UTEP’s YDSA fight for ADA parking accessibility continues

UTEP%E2%80%99s+YDSA+fight+for+ADA+parking+accessibility+continues

Alyson Rodriguez, Contributor

The highest priced Americans with Disabilities Act (ADA) parking pass at UTEP ranges between $250 and $500 for employees and studentsbut one University group is trying to change that. 

UTEP’Young Democratic Socialists of America (YDSA) works to advance economic, environmental social and racial justice. The group participates in several activities that work to engage students and young people in El Paso to learn more about political social education and change.  

The group demands include making ADA parking free of charge across UT campuses.  

There are many ways that UTEP could work to improve accessibility on campus, but with this campaign we are simply asking that ADA parking be made available to all who need it free of cost, and that the number of ADA accessible parking spaces be expanded,” said co-chair of the YDSA, Desiree Miller.  

The second highest ADA parking price is found at the University of Texas at Arlington, ranging from $200-$270. The University of Texas of the Permian Basin holds the lowest ADA parking fee at $55.  

However, the YDSA is not only fighting for better parking prices, but for a more accessible campus parkingADA inner campus parking for the 2020-2021 school year is $525 for employees and $200 for students. 

Back in October, Vice President for Business Affairs Mark McGurk told The Prospector that all the UTEP employees and students that are buying inner campus permits pay the exact same price as the ones for the ADA parking permit.   

According to Miller, YSDA finds this to be an unfair treatment for disabled students who search for closer parking as a necessity rather than a luxury.  

“Accessibility is not a privilege, it’s a right, Miller said. “The University has shown its support for disabled veterans by allowing them access to ADA parking free of charge; we simply ask that the same policy be extended to all disabled students and employees, we are also asking for the number of ADA parking spaces to be increased.”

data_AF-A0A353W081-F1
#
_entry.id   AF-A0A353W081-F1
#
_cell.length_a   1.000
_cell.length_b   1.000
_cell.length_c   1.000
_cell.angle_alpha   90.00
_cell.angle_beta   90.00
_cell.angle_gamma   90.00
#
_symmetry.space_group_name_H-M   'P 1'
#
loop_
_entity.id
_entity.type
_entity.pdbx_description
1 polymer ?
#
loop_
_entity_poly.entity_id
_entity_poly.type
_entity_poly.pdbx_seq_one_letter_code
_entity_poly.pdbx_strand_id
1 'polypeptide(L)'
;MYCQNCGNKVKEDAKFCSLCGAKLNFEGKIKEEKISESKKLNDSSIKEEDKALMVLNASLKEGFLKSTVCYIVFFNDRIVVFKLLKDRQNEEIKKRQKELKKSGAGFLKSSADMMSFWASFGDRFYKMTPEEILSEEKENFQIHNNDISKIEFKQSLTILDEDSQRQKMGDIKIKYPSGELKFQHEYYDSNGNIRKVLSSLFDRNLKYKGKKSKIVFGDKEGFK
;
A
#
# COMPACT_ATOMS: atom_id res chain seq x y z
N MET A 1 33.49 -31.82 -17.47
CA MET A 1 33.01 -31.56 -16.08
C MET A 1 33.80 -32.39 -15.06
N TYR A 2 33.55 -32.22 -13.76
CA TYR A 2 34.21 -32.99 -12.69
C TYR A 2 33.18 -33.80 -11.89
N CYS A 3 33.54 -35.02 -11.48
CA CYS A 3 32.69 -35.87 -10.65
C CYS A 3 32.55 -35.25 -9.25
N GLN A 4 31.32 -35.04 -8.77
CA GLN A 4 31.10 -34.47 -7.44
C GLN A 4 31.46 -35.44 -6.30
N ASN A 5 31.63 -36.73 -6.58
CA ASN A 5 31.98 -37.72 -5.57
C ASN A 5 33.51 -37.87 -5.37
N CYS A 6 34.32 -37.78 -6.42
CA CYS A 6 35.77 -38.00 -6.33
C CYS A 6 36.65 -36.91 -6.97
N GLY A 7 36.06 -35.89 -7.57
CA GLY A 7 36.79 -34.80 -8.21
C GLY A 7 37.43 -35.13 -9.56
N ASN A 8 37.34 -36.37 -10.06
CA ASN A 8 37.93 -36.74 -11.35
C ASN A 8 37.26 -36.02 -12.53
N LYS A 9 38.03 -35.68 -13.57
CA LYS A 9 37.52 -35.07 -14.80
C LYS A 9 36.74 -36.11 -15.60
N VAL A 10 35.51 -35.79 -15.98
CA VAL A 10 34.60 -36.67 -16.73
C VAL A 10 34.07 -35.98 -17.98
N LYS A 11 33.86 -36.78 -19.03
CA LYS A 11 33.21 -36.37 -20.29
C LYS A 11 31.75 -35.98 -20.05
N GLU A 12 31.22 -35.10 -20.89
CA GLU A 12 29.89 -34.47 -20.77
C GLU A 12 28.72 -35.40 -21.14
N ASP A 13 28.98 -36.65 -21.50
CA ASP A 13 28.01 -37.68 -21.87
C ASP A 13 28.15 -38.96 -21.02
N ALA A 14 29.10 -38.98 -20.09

According to YDSA, a coalition of faculty, staff and students requested that this issue be added to the November 2020 UT Board of Regents’ agenda, but the board refused.  

In early January, the YDSA held a Zoom town hall meeting and invited members of the board to attend in order to hear the community’s concerns regarding ADA parking The board members did not come.  

“In our experience thus far, we’ve gotten conflicting answers from UTEP administration and the Board of Regents about who would be able to address the issue,” Miller said. Perhaps the Board of Regents doesn’t see this as a relevant issue. 

The Prospector reached out to the Board of Regents to comment on the matter but did not receive a reply.  

But Miller said the group is resilient in fighting for what it believes inby continuing to raise awareness and generating support from the community at large to all channels available to it. 

 We are interested in helping bolster the student voice in this issue by encouraging the institutions meant to represent students, such as the Student Government Association, to bring this up with UTEP administration, Miller said. 

Alyson Rodriguez may be reached at prosp[email protected]; @alyson_rod1127 on Twitter.